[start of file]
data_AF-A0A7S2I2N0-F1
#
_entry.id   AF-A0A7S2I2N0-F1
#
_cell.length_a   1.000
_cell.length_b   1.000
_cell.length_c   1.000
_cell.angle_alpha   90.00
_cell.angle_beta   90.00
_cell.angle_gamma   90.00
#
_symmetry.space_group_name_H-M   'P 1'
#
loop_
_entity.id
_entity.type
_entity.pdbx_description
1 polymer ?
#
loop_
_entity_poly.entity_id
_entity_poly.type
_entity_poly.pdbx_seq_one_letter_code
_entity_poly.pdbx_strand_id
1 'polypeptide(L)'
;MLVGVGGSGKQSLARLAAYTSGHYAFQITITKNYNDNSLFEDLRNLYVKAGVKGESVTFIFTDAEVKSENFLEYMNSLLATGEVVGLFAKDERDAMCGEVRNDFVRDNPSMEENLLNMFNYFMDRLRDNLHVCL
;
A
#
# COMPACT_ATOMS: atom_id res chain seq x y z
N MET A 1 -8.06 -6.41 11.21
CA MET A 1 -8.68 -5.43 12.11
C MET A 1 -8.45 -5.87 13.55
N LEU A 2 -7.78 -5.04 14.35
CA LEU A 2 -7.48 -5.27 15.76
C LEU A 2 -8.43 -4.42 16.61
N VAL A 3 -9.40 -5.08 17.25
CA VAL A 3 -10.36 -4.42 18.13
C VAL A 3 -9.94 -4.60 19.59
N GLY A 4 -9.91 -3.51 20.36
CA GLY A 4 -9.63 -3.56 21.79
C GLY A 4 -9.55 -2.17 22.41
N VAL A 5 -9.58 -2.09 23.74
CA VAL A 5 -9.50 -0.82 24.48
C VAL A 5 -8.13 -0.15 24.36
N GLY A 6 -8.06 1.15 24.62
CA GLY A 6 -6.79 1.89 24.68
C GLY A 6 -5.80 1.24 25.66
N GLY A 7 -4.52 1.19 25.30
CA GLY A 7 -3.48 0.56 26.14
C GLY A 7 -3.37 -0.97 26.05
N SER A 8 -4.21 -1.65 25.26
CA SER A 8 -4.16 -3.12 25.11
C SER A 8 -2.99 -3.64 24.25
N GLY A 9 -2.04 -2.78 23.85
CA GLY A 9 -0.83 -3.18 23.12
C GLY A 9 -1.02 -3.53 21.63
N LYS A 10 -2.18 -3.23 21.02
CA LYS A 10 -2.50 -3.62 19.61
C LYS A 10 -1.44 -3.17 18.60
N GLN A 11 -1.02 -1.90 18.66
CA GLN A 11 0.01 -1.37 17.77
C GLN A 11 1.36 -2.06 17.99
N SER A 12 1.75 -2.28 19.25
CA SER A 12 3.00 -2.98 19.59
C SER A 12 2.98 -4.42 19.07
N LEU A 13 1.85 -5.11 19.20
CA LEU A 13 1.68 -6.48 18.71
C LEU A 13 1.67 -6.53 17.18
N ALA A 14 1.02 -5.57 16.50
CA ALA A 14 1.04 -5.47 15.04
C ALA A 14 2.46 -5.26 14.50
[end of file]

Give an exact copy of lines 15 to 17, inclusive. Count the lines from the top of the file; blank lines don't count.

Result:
_entity.id
_entity.type
_entity.pdbx_description